Monday, June 6, 2011
Sunday 6-5: Uphill Battles, Downhill Dumps, Pizza Picnics, Whiskey and Life Choices
Marionberry cobbler, and set yourself up with beers and sodas on the lawn. (I chuckle quietly as I think of a dessert to honor a crack-smoking mayor, but keep this thought mostly to myself. I don't want to impugn the cobbler's reputation.)
Maple Rock Farm) have spent the morning rolling out sheet pans full of dough into thin crusts.
Kartoffel, the Inn's remaining Mangalitsa pig. (The others are either being bred with local boar or being served in a multitude of delicious ways in the main dining room.) A couple sits on a blanket nearby--they've booked their wedding to be held at the Inn, and they come back for two more pizzas after they polish off the first one.
One of the middle-aged women with us, Maureen, asks me how I'm finding the kitchen work. "I love it," I gush. "I may have been brainwashed, because right now this is looking a lot better than a desk job."
Annie, who is savoring her hard-earned martini, doesn't want to dampen my enthusiasm, but she immediately chimes in. "You should know," she says, "that it doesn't pay. And it will be hard to see the people you love. And the hours suck."
"But it's not New York," I say. "And right now, I'm loving that."
She gets it--but Annie spent some of her formative cooking years in New York, and from the way she talks about the place, I can tell she's still a little bit in love with the city. "If you live in New York, you see life, all parts of life, everywhere," she says. "You see the guy dying in the street right next to the single mother who's screaming her head off, and next to them are the supermodels and the bankers on his cell phone. They may not always talk about it all, but you do get to see it all. That's life, right there in action."
I know it's not the martini that's generating this contradiction--Annie, who could take on any New York chef when it comes to sheer talent, was born and raised on Orcas, and has found her way back here. Isn't this a lot smaller, a lot less challenging, than what she might find if she stayed in the city?
"Wait, so I have a question...if you loved New York so much, then what was it that made you decide to move back here? I mean, you could definitely stay in that race, of making it as a cook in New York..."
"I could," she says, taking a pause before setting down her drink and picking up a french fry dusted with truffle oil and sea salt. "But I missed this place. When I used to hear an ambulance go by in the city, I knew something was happening somewhere. But here, when I see it go by, I know that that person I know intimately has just died. And it affects me--directly. I want to be affected by the people I live with--I want to know them, to feel that connection with them and with what I do. I am so satisfied when I cook for someone I love here, because I know that I'm giving them so much."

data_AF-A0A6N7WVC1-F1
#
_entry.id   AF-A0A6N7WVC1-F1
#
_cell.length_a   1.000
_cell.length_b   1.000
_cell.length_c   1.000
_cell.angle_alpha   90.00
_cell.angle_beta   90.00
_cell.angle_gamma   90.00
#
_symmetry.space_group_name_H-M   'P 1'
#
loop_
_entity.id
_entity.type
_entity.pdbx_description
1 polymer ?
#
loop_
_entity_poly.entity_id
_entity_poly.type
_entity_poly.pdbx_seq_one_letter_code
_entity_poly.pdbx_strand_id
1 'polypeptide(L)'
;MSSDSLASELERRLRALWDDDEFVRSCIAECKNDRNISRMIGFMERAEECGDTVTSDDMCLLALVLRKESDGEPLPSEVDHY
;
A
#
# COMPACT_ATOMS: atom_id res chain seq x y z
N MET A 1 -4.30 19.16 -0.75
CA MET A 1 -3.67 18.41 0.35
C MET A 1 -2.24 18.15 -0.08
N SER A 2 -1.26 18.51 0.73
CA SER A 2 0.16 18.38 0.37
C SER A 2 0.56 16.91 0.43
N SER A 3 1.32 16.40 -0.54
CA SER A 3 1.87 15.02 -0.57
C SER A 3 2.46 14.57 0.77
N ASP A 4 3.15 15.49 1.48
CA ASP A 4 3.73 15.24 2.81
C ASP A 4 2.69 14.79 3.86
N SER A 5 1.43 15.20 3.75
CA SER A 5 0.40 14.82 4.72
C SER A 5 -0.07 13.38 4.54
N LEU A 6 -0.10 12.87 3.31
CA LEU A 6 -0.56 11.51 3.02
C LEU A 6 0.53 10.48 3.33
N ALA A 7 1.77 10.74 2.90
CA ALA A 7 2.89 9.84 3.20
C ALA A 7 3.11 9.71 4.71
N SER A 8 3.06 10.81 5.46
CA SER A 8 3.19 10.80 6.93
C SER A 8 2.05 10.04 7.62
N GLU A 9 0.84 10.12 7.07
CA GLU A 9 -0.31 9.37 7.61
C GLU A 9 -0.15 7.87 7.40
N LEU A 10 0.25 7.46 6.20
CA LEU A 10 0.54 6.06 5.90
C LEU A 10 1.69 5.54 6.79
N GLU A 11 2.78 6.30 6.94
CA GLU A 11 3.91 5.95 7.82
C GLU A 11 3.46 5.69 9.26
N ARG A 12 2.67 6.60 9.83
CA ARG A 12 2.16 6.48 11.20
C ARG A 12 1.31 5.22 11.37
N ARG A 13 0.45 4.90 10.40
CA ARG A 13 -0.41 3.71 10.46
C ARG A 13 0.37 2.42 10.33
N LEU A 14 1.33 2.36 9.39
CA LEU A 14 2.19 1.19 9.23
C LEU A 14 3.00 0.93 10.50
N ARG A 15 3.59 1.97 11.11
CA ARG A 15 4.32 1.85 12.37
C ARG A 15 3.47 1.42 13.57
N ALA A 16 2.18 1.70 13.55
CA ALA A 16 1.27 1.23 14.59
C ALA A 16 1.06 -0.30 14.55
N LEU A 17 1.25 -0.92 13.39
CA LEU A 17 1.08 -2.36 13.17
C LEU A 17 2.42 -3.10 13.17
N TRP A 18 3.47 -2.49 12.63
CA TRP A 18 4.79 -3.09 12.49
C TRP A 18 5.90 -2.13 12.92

It's a bit crunchy, I think as I sip my whisky, but I get it. Earlier in the day Annie lent me her copy of Shopclass as Soul Craft, a book I've been after for some time. The message of the book, I've heard, is that we've lost the connection between what we do and what we produce. It's a little Marxian, to be sure, but the idea that we no longer feel value in our work because we can't see or hold the final product makes a lot of sense to me. Annie spent the entire day with her hands in dough, in tomato sauce, in berry juice. Even after she's cleaned up and put things away, her hands might still carry the aggressive smell of green garlic. The people she's fed will still go home nourished, their grumbling stomachs satiated. How often have I, at the end of a work day, generated something so definite that someone's life is truly different because of what I've done?
She's not sugarcoating the reality of the situation--chefs work late nights, long hours, and for little pay. They have a hard time seeing their families, their relationships suffer, their health and well-being takes a hit. But while Annie and Jay were splitting out the pizzas, and Melissa and I were running orders, I watched Geddes, MaryAnn, and their kids chatting with the patrons. Mary Ann said that Annie's pizza night was one of the great things that was enabling her family to get a solid night together at least once a week--and here they were, longing out on the lawn with customers who've known and loved them for years, and who will come back just to get another taste. That seems like a fair trade to me, even with all the hard labor.
And the community part means that you can talk about anything--which, as we all order our second rounds, means discussing the benefits of natural childbirth versus cesarean. Being unversed in the ways of child-producing and rearing, I stay mostly quiet, but hearing the women chatter around me, I suddenly realize how rare these kinds of conversations have been for me. This is a multi-generational conversation happening among women with wildly different backgrounds, all while slinging back drinks on a Sunday night in a town where we could walk home if necessary. It's a privilege to do this after a day of feeding people, and though I'm far from tipsy, the flush of happiness is high in my cheeks.